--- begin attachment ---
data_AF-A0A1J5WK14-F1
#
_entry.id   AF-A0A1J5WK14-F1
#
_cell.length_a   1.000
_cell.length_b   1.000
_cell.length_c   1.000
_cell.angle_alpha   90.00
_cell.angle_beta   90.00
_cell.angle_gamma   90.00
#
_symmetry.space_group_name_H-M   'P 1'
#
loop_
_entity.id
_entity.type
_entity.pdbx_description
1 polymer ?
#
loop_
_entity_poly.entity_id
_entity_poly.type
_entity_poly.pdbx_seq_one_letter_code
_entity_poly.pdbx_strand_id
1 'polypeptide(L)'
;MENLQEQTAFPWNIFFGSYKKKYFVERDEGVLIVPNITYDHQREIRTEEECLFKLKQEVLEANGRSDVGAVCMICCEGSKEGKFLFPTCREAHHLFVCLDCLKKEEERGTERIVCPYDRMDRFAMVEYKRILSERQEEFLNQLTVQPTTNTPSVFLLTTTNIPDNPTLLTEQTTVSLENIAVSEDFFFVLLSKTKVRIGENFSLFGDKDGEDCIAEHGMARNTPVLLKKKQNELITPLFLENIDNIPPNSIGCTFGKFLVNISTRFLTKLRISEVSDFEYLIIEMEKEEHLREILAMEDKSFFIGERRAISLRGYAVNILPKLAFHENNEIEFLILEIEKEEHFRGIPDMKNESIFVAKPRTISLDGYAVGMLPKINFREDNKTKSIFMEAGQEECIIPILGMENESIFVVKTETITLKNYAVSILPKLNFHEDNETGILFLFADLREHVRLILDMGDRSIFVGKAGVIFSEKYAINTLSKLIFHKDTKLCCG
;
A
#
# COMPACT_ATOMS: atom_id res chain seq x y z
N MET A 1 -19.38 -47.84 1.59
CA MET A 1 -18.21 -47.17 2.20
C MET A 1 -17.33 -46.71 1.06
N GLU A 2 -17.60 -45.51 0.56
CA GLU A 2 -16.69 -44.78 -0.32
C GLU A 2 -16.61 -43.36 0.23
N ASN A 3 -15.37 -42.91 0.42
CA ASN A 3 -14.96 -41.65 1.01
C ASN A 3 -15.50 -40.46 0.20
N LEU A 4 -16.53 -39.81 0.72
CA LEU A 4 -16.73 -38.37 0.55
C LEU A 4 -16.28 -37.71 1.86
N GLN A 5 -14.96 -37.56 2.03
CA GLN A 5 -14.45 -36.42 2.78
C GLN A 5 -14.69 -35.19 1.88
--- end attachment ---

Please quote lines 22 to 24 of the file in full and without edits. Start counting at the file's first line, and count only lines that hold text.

_entity_poly.type
_entity_poly.pdbx_seq_one_letter_code
_entity_poly.pdbx_strand_id